Foundations of Chemistry

, Volume 19, Issue 2, pp 125–138 | Cite as

A colourful bond between art and chemistry

  • Nuno Francisco
  • Carla Morais
  • João C. Paiva
  • Paula Gameiro


How can a work of art give us clues about scientific aspects? How can chemistry help a painter enhance his creativity and, above all, preserve the original characteristics of his work? Does an artist require scientific knowledge to innovate or, at least, not to be faked? Other symbiotic fields between art and science are: tattoos, as body art with physical and chemical consequences; pigments, as basic materials with interesting historiographical preparations; spectroscopy diagnosis, as very broad and thorough method of analysis (but also specific and non-intrusive); biosensors, as one of the applications of new pigments. Note also the interconnection between the several possible paths of science and art, which reflect new challenges with enormous potential investigated through a literature review and the application as a case study in an educational inquiry module.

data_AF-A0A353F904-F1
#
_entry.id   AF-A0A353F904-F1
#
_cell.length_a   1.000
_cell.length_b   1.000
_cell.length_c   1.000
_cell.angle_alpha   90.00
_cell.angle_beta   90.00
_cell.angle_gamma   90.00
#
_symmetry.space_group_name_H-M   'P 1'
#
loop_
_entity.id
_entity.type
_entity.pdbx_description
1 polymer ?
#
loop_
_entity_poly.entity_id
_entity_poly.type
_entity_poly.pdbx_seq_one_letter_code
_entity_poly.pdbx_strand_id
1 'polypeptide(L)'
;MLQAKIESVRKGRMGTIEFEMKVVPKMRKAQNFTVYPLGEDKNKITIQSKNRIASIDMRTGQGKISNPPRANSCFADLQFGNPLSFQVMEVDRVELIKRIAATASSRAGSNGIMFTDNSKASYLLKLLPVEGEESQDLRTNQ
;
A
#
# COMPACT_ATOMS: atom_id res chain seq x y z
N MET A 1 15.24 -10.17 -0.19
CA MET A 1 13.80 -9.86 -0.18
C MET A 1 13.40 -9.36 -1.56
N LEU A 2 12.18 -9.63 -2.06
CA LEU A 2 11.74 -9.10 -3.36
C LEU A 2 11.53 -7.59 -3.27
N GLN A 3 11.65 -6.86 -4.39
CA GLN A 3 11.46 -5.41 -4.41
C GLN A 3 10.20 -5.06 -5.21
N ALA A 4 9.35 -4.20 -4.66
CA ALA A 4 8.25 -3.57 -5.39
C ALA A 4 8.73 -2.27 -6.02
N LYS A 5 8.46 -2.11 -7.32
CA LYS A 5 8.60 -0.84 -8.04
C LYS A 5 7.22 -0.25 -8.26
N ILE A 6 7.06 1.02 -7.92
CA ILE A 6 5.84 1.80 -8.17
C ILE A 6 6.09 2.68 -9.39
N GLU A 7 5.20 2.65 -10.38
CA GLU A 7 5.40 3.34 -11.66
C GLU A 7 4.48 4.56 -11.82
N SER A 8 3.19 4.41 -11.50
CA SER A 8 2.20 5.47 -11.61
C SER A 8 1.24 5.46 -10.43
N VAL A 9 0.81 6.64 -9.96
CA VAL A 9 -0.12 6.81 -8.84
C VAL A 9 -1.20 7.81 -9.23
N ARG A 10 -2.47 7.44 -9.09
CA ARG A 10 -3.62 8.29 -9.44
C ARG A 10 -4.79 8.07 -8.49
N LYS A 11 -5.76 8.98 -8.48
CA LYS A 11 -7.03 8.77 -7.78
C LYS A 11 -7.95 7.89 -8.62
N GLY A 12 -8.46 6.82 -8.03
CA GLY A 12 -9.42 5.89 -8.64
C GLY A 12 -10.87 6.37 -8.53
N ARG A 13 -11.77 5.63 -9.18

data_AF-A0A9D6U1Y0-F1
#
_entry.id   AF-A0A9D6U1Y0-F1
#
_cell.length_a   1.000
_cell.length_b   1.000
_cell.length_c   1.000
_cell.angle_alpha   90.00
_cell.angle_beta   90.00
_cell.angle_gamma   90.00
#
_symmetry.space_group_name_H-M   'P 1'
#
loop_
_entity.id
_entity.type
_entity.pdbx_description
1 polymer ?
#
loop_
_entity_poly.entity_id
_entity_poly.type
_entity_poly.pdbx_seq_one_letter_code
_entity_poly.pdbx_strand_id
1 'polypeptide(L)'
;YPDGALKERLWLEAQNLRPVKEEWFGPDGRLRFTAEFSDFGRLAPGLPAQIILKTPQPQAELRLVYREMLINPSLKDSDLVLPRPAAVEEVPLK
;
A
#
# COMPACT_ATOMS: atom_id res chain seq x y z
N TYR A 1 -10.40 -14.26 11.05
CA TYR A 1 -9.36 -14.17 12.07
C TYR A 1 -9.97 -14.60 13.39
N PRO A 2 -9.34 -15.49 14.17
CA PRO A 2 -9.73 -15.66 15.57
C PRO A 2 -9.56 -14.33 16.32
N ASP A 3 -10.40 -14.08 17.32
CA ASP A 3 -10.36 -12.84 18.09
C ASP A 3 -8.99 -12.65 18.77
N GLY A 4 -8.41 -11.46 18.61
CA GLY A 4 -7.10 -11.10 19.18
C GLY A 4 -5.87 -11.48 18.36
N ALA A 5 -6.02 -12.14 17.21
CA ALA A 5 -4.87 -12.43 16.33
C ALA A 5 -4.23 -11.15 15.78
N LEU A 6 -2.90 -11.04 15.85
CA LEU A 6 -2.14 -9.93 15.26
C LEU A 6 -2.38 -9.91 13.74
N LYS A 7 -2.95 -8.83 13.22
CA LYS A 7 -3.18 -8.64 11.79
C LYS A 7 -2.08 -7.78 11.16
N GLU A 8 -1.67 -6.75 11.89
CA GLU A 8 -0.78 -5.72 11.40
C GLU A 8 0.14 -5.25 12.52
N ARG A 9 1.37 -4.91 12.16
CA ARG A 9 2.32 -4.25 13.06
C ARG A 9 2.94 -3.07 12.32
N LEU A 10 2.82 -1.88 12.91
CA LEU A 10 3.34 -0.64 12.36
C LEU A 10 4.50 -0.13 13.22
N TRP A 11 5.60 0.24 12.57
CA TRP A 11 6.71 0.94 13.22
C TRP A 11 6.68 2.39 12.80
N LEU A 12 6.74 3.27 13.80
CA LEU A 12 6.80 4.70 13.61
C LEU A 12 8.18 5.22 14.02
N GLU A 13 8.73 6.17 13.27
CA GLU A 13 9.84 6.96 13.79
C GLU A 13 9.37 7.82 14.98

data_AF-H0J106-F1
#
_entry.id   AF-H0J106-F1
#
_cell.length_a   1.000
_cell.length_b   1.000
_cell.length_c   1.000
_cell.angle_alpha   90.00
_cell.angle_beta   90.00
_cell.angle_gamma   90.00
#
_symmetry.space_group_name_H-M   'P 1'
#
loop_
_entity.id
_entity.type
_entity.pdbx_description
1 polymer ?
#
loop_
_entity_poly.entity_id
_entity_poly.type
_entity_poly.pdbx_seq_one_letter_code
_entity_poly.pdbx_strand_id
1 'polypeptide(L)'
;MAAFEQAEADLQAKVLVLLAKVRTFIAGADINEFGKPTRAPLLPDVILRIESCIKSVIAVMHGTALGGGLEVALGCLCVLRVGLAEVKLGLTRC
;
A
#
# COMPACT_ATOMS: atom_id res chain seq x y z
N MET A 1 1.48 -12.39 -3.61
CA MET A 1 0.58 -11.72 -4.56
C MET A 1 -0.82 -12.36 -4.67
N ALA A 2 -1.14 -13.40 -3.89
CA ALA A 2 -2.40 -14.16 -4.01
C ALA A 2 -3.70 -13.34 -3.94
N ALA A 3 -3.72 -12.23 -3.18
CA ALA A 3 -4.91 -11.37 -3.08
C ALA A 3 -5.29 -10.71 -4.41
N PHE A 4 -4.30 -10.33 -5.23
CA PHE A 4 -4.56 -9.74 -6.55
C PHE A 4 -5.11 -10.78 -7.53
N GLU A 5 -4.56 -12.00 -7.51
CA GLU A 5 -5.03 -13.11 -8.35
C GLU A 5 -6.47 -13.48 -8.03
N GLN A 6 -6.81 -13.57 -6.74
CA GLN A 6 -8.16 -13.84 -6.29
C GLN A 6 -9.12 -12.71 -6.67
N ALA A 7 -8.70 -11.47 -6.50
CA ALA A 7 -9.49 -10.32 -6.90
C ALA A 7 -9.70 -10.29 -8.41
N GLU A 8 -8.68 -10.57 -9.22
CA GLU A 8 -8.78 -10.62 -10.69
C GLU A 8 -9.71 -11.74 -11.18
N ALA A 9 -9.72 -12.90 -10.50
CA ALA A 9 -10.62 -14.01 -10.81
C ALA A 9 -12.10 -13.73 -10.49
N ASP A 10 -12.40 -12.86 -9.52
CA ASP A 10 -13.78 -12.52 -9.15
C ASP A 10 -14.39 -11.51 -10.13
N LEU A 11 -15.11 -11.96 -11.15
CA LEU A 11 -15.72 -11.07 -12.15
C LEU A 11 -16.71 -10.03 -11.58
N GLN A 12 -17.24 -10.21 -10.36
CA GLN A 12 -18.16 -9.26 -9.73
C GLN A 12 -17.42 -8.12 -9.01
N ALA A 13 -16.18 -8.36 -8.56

Chemistry Colour Spectroscopic Pigment Tattoo Art 


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Copyright information

© Springer Science+Business Media Dordrecht 2016

Authors and Affiliations

  • Nuno Francisco
    • 1
    • 2
  • Carla Morais
    • 3
  • João C. Paiva
    • 3
  • Paula Gameiro
    • 4
  1. 1.Colégio CedrosVila Nova de GaiaPortugal
  2. 2.Faculdade de CiênciasUniversidade do PortoPortoPortugal
  3. 3.CIQUP, Unidade de Ensino das Ciências, Departamento de Química e Bioquímica, Faculdade de CiênciasUniversidade do PortoPortoPortugal
  4. 4.Requimte/UCIBIO, Departamento de Química e Bioquímica, Faculdade de CiênciasUniversidade do PortoPortoPortugal

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